And now for something completely different. Although I have used my other two reviews this Lent to recommend good spiritual reading (Theology for Beginners and No Man Is an Island), not all of my ACNM reviews are of specifically Catholic or Christian books. I genuinely believe that, although it’s important to put God first in our lives, we have to be “in the world and not of it” by actually jumping into the world every now and then. I also have to return to young adult literature (YA) sometimes, because that’s still where my heart is.
Although many adults shy away from reading books written for kids, most recognize that Newbery Medal winners are exceptional by definition. Dicey’s Song, Jacob Have I Loved, and Holes definitely have crossover appeal. A lesser-known companion of theirs on the Newbery list is The Westing Game, by Ellen Raskin. It won in 1979, so I almost missed out because it was before my time, but I’m so glad I wandered across it in a real, honest-to-goodness bookstore one day. It’s a mystery that isn’t even over once you’ve solved it.
The premise of the novel seems simple, but it’s a mystery, so you know nothing is quite what it seems. Sixteen people, all residents of the same newly-opened Michigan apartment building, are named heirs to the fortune of Samuel W. Westing. They include a judge, a restaurateur, a doctor, a bomber, a thief, and a bookie—and some of those are the same people. All are competing to win the $200 million windfall as they play the game laid out in Westing’s enigmatic will. But one of the competitors is a mistake, and one of them just might be Westing’s murderer: but who?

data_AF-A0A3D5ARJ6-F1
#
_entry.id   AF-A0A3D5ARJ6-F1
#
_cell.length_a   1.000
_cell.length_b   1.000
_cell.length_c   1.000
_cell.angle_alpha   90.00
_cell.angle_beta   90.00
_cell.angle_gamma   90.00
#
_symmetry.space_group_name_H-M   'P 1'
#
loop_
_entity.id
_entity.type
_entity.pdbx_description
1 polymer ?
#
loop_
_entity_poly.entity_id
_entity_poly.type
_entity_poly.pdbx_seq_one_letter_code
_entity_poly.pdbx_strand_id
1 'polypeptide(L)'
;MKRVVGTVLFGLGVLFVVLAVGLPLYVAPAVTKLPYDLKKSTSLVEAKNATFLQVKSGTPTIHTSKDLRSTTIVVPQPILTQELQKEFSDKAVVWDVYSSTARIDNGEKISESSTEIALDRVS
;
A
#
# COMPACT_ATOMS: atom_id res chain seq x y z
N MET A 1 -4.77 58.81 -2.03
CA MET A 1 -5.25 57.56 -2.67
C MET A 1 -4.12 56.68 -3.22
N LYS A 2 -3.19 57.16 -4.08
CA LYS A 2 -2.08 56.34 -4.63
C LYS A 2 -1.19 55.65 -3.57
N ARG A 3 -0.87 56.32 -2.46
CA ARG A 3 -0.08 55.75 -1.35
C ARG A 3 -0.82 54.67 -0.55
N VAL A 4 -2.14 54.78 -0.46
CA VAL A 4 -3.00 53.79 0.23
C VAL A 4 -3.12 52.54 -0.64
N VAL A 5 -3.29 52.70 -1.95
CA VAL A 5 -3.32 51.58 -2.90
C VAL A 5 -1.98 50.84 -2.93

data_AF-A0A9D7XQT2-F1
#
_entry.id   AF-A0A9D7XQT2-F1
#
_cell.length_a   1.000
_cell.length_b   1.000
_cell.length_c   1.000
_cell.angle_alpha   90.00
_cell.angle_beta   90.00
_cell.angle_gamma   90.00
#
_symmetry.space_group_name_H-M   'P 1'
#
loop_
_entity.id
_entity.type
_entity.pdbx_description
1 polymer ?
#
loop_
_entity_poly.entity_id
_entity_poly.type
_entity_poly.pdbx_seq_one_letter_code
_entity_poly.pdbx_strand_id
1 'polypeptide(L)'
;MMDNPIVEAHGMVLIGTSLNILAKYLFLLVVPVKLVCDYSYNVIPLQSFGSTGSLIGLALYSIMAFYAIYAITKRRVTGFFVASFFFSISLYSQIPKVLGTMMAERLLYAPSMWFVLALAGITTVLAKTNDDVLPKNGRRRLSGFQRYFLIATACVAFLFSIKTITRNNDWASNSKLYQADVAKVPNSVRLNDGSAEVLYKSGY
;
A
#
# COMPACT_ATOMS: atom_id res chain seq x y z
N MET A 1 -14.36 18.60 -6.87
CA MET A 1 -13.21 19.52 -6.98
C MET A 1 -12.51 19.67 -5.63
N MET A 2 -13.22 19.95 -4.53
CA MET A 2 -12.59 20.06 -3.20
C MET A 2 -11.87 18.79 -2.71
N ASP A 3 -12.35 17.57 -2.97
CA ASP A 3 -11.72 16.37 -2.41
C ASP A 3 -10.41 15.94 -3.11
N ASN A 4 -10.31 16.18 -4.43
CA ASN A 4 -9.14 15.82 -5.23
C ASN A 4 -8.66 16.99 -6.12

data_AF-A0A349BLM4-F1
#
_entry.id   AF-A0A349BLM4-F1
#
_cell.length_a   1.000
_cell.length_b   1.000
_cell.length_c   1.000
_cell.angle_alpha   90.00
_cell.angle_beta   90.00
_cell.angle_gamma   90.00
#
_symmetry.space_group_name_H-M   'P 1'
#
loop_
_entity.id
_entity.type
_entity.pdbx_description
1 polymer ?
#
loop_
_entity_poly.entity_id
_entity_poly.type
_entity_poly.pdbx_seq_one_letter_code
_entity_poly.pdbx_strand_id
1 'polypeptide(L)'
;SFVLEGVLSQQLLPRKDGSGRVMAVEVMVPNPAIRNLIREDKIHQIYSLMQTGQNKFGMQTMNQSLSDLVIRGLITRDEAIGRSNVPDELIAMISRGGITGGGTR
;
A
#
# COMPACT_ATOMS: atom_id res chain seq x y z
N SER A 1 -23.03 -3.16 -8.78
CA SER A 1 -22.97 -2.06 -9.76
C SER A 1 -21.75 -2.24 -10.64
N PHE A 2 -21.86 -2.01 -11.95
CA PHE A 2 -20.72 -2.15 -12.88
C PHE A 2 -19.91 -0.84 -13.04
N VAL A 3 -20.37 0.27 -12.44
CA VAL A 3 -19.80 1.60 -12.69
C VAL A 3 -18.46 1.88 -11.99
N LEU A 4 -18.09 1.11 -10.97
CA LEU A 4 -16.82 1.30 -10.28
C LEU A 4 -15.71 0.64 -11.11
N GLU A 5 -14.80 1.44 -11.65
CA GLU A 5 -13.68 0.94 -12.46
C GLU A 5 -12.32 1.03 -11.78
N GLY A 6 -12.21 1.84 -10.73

The key to Raskin’s book is that she leaves the complexity of her story to the plot. It reads quickly, but not without perfectly spaced clues and the occasional SAT word (I spotted obsequious!) to keep you entertained. As with all great mysteries, the second reading is as enchanting as the first, because you can fill in all the clues as the story rolls along. That bomber keeps the action from getting too slow, and once you’ve figured out what happened to Westing, you’ll find yourself flipping around like a crazy woman trying to find what you missed. Then again, maybe that last part is just me.
If you’re looking for a light but satisfying read of literary merit, The Westing Game is for you. It will make you look closer at everyone, but I’d do it, too, if $200 million was on the line.